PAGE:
A traditionalist's take on tech entrepreneurship
By Endeavor Malaysia September 12, 2016
- Stumbling early in life will better equip entrepreneurs to run their businesses
- Businesses today are fueled by a system of irrational capital
In THE late 90s at the height of the Dotcom boom, many smart and driven Malaysians flocked to entrepreneurship eager to make something good out of the Asian Financial Crisis that struck the region. Young, impassioned entrepreneurs relished the wealth of ideas and possibilities flowing out of Silicon Valley. They crafted plans to build internet businesses and aspired to be the next Southeast Asian Pets.com.
Afzal Abdul Rahim (pic above) was one of them.
“I wanted to build this web optimization platform called Cantaloupe, where every time you clicked on a page, we would pay you 1 USD per click, and with that we thought we would make 100 million dollars by the end of the year.”
It was, however, a fantasy reinforced at weekly community gatherings where like-minded entrepreneurs would exchange business ideas and fish for validation. Afzal recalls, “We’d meet people at these First Tuesday, Second Friday gatherings who’d say: Hey my name is X and Y, we are a two-man company doing web development but we’ll be a thousand by the end of the year. And we would say in return: Hey, that’s great!”
This culture of constant mutual endorsement and backslapping consequently created an insulated environment, blinding entrepreneurs to commercial realities.
“The problem was that we created this bubble where there was little to no connection between business indicators and real measures of success. We drank each other’s Kool Aid, and we bought each other’s bullshit.”
Afzal was fortunate enough to experience an awakening, which he attributes to the tough love he received from his mentors, particularly his friend’s father, “your typical Chinese Uncle who ran a traditional business, who bootstrapped and counted every cent on his way up to success”. This inspired Afzal to approach business from a more grounded perspective.
“If we had been given a dose of reality [at these gatherings] - more people would have been more thoughtful about the way they built their businesses, before they mortgaged their houses and gave up professional careers”, Afzal laments. “Our country lost good, motivated people, who would never visit entrepreneurship again and went back to being professionals because no one gave them tough love.”
Afzal sees history repeating itself within the current Malaysian startup ecosystem – with the only differences now being the increased influx of capital into the region, as well as the wider visibility of entrepreneurship and tech businesses as a whole (thanks to the age of Instagram and TechCrunch).
School of hard knocks
Stumbling early on in life and having near-death experiences will better equip entrepreneurs to run their businesses. This is the first principle of being a traditional entrepreneur, according to Afzal.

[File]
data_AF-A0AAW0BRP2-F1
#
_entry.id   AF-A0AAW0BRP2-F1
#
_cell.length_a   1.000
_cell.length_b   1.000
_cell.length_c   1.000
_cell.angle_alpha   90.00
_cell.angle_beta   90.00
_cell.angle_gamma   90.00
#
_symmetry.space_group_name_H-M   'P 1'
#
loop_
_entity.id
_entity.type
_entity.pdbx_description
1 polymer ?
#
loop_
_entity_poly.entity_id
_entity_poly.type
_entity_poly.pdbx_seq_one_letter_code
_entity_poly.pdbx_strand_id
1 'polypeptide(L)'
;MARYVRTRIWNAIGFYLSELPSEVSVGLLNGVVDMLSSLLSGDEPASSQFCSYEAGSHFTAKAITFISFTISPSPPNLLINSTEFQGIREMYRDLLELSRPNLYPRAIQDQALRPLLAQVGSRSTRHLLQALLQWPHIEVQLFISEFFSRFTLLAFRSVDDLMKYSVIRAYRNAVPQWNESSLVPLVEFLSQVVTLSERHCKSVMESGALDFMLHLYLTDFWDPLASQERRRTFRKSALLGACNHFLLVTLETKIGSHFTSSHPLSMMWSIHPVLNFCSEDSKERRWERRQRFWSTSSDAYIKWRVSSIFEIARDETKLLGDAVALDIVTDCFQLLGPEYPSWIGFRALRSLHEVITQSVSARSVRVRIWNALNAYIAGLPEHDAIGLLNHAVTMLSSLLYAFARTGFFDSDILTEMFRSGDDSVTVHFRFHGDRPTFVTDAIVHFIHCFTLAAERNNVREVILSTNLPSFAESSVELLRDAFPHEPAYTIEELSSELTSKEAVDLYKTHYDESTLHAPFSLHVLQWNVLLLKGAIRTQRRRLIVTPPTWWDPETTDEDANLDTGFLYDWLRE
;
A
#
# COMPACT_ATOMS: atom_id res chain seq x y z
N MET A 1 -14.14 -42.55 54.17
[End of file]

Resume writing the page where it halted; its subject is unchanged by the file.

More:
“In the past, you’d really have to make it or break it in three to six months because your savings would run out. You would know what it is like to camp out in a customer’s office for six hours in Pandamaran for a two and a half thousand ringgit check, and you would do it, because otherwise, you wouldn’t make payroll.”
Afzal believes that, fundamentally, businesses should be funded by the market. These days, he worries that entrepreneurs are more preoccupied with fundraising and growing their valuations. “I do not like the way that capitalization tables are run. All this Series A, Series B bullshit – entrepreneurs should be spending more time growing their businesses.”
With the amount of support from within the entrepreneurial ecosystem in Malaysia, he fears that tech entrepreneurs are being sheltered from the full realities of entrepreneurship. Such an illusion produces a generation of entrepreneurs that may not have the basic skill sets and acumen to run an actual business. In particular, it inhibits their ability to manage cash flow - the most important tenet of building a business.
“If they don’t have the basics of cash flow management, if they’re running a business with a spreadsheet or a concept or model, I think it affects their commercial radar.”
With the sudden influx of capital and the promise of accelerated growth and innovation, local entrepreneurs are moving away from the bootstrapping, traditionalist approach. Instead, businesses today are fueled by a system of irrational capital, where entrepreneurs have access to large sums of capital at exaggerated valuations.
“Entrepreneurs [today] don’t get it because they’ve been given wads of cash based on an inflated business plan - they’re only ever concerned about running out of cash.”
The consequences of this new trend are serious. Not only do startups enter the game without fully experiencing entrepreneurship, they are lulled into a false sense of security. This dependency on external, available funds and support has fundamentally altered how entrepreneurs think about their business. Afzal believes that this paradigm shift is dangerous.
“They tie their progress to where they are in the funding cycle as opposed to whether they are making money or what they should be doing with their customers”, he says. “They’ve accepted the premise that fundraising is building a business. It is not.”